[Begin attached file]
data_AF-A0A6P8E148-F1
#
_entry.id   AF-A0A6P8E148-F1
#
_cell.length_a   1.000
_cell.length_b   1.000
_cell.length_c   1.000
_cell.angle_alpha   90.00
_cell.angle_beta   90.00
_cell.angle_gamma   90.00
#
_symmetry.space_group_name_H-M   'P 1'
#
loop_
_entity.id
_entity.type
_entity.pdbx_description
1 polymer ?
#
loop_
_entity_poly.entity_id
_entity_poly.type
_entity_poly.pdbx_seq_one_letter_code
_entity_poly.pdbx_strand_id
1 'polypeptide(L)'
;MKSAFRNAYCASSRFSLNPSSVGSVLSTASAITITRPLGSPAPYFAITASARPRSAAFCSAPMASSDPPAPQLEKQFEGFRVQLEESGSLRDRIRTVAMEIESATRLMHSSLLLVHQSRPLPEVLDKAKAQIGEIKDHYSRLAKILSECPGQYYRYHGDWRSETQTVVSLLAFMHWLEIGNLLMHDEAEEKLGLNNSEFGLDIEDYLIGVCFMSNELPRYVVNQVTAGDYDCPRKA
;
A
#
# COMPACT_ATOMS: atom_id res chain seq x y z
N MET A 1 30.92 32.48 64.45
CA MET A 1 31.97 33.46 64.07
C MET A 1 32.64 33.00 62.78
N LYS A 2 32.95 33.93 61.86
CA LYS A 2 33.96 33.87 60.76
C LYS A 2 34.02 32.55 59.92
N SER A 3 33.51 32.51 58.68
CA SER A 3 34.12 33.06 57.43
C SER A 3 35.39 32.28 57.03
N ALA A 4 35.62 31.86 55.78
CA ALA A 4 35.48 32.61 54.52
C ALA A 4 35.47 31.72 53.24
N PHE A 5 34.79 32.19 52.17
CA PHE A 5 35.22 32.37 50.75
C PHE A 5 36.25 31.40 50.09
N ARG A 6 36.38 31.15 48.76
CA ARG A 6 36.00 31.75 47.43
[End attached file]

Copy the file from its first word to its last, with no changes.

data_AF-A0A6P8E148-F1
#
_entry.id   AF-A0A6P8E148-F1
#
_cell.length_a   1.000
_cell.length_b   1.000
_cell.length_c   1.000
_cell.angle_alpha   90.00
_cell.angle_beta   90.00
_cell.angle_gamma   90.00
#
_symmetry.space_group_name_H-M   'P 1'
#
loop_
_entity.id
_entity.type
_entity.pdbx_description
1 polymer ?
#
loop_
_entity_poly.entity_id
_entity_poly.type
_entity_poly.pdbx_seq_one_letter_code
_entity_poly.pdbx_strand_id
1 'polypeptide(L)'
;MKSAFRNAYCASSRFSLNPSSVGSVLSTASAITITRPLGSPAPYFAITASARPRSAAFCSAPMASSDPPAPQLEKQFEGFRVQLEESGSLRDRIRTVAMEIESATRLMHSSLLLVHQSRPLPEVLDKAKAQIGEIKDHYSRLAKILSECPGQYYRYHGDWRSETQTVVSLLAFMHWLEIGNLLMHDEAEEKLGLNNSEFGLDIEDYLIGVCFMSNELPRYVVNQVTAGDYDCPRKA
;
A
#
# COMPACT_ATOMS: atom_id res chain seq x y z
N MET A 1 30.92 32.48 64.45
CA MET A 1 31.97 33.46 64.07
C MET A 1 32.64 33.00 62.78
N LYS A 2 32.95 33.93 61.86
CA LYS A 2 33.96 33.87 60.76
C LYS A 2 34.02 32.55 59.92
N SER A 3 33.51 32.51 58.68
CA SER A 3 34.12 33.06 57.43
C SER A 3 35.39 32.28 57.03
N ALA A 4 35.62 31.86 55.78
CA ALA A 4 35.48 32.61 54.52
C ALA A 4 35.47 31.72 53.24
N PHE A 5 34.79 32.19 52.17
CA PHE A 5 35.22 32.37 50.75
C PHE A 5 36.25 31.40 50.09
N ARG A 6 36.38 31.15 48.76
CA ARG A 6 36.00 31.75 47.43